A tree replacement scheme could be introduced in the nation's capital, as the ACT government seeks to protect and grow the territory's canopy cover in the midst of an urban infill offensive.
The proposed "tree offset" program is suggested in a discussion paper published on Wednesday as part of a review of the ACT's tree protection laws.
The paper also flags a potential watering down of the criteria for the removal of regulated trees.
Under one "tree offset" model mentioned in the paper, when a tree is axed on a private property, one or more replacement trees would have to be planted on the same block.
Alternatively, the property owner could be forced to pour money into a special fund, which would be used to plant trees on public land.
The scheme would apply to property developers who want to rip up trees in order to clear their land for redevelopment.
City Services Minister Chris Steel said thousands of trees were being removed on private land and not being replaced under the existing laws.
The government was considering the scheme as it attempted to balance the competing demands of simplifying the ACT's Tree Protection Act while also growing Canberra's tree canopy coverage amid increasing urban infill.
Mr Steel said feedback from the community had suggested the government's existing, 15-year-old tree protection laws were at times "inflexible" and could be improved.
Two categories of trees on private land are granted protection under the laws - registered trees and regulated trees.
Registered trees have the highest protection and cannot be axed.
A regulated tree can be felled, but only with approval from the ACT's Conservator of Flora and Fauna.
The conservator can approve a tree's removal for a number of reasons, including if it is dying, presents a risk to public safety or is causing "substantial" damage to a building.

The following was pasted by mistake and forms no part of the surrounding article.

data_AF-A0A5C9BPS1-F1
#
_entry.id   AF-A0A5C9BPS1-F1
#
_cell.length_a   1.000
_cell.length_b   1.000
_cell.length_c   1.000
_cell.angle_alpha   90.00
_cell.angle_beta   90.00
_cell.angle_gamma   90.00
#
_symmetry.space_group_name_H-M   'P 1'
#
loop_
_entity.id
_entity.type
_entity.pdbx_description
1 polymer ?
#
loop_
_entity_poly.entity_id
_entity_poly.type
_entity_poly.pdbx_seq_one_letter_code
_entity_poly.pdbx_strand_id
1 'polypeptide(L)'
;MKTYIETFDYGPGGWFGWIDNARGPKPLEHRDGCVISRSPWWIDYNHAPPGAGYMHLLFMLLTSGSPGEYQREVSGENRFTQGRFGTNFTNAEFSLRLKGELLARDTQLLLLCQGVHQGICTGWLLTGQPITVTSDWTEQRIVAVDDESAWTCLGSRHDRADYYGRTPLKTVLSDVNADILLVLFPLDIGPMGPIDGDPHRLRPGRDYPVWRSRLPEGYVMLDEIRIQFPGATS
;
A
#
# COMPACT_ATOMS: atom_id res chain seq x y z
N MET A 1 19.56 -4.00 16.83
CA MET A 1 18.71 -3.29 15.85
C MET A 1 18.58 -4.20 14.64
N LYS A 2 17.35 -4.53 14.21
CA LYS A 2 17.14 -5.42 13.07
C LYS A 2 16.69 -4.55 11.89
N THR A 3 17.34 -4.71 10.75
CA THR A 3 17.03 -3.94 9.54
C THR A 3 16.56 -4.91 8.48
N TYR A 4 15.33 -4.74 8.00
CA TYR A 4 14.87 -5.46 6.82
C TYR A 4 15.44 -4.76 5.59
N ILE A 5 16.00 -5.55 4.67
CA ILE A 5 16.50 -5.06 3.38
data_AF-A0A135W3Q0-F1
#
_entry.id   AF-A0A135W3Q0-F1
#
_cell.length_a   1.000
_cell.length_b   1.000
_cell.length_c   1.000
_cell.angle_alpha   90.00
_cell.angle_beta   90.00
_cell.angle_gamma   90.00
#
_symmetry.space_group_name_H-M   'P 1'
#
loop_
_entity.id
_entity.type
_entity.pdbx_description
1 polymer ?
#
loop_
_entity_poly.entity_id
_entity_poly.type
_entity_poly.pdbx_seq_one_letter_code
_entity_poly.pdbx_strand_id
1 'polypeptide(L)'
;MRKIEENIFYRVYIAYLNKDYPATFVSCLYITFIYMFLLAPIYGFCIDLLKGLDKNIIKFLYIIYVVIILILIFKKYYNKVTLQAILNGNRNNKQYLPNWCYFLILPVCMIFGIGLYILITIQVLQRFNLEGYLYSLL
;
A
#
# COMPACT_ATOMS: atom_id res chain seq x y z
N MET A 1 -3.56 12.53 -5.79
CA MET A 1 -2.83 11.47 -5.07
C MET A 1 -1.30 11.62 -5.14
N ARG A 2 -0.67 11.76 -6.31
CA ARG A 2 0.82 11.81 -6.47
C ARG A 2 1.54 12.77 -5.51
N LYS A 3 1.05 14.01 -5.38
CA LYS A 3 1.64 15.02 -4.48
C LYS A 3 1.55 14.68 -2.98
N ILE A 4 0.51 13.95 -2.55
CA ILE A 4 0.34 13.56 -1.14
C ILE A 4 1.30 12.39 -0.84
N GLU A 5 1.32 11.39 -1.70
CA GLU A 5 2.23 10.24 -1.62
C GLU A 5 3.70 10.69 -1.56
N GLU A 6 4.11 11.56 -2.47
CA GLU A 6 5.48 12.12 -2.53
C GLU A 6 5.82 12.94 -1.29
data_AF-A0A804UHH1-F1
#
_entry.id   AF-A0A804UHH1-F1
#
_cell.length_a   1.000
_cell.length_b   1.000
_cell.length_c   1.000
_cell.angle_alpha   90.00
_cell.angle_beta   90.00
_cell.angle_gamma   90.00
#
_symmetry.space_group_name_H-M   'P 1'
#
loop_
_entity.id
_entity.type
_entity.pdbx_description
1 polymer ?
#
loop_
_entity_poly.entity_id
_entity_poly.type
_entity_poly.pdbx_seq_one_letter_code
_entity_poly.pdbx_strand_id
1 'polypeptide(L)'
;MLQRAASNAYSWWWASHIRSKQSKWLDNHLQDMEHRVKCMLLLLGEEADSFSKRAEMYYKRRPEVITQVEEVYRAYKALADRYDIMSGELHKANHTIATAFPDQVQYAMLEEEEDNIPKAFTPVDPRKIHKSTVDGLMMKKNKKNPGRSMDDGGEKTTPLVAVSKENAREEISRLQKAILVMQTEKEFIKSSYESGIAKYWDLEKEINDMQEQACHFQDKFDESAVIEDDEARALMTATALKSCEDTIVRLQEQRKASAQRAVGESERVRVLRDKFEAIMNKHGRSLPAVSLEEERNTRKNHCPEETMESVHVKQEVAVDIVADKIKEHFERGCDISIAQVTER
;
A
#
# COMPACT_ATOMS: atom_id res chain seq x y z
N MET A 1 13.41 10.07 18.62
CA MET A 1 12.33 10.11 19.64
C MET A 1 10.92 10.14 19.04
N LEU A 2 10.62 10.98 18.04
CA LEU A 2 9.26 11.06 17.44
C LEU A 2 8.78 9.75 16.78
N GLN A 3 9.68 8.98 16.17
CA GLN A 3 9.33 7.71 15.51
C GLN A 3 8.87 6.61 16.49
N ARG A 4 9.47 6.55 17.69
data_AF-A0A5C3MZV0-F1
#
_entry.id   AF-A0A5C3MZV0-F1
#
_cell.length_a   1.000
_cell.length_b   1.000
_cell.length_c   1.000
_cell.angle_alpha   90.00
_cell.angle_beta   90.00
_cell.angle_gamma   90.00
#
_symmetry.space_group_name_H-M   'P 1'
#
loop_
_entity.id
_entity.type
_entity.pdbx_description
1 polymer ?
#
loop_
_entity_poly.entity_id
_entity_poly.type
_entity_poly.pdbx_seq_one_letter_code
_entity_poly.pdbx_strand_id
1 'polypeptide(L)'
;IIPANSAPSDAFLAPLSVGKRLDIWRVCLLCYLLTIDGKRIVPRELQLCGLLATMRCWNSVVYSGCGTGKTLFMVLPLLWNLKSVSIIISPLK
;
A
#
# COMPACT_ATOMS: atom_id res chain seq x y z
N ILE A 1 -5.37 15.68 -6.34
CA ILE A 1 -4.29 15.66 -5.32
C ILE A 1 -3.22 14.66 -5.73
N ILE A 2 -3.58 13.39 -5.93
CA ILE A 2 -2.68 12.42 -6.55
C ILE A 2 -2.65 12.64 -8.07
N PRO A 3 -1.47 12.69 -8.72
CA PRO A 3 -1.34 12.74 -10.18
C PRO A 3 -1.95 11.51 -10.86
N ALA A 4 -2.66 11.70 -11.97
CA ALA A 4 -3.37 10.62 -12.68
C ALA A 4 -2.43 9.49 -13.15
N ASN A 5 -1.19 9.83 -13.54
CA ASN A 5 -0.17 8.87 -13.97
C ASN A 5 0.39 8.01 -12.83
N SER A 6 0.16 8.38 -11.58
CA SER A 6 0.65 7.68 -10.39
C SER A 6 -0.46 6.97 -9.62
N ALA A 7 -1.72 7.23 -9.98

The paper argues that the requirement for "substantial" damage is a high threshold, citing one example in which a tree cannot be removed despite its roots causing a trip hazard.
It suggests the criteria could be changed to be more "outcome focused".
But any moves to simplify some tree protection laws would sit alongside measures designed to grow and protect Canberra's overall canopy coverage, such as the offset scheme.
The paper notes that without measures to protect Canberra's tree canopy, up to half of the approximately 770,000 trees on private land could be lost over the next 20 years.
Urban infill and ageing trees would drive the decline, the report noted.
The ACT government's planning strategy, published last year, calls for 70 per cent of new homes to be built in existing suburbs.
The government's new climate action plan includes a target of growing Canberra's tree canopy coverage to 30 per cent by 2045. The city currently has about 21 per cent tree canopy coverage.
Greens sustainable city spokeswoman Caroline Le Couteur welcomed a review of the territory's tree protection laws, which she said was well overdue.
Ms Le Couteur said it was "unacceptable" that tree numbers in Canberra were decreasing at a rate of about 3000 a year.
But she unconvinced that a "tree offset" scheme would be the best way to arrest the decline.
"We are somewhat concerned that a reliance on a tree offsets scheme could see some areas left without adequate tree canopy cover, and unduly impacted by the 'urban heat island effect'," she said.
"The scheme would need to be exceptionally well-managed to ensure that we don't leave some areas of Canberra worse off."
Public consultation on the discussion paper is open until December 8.
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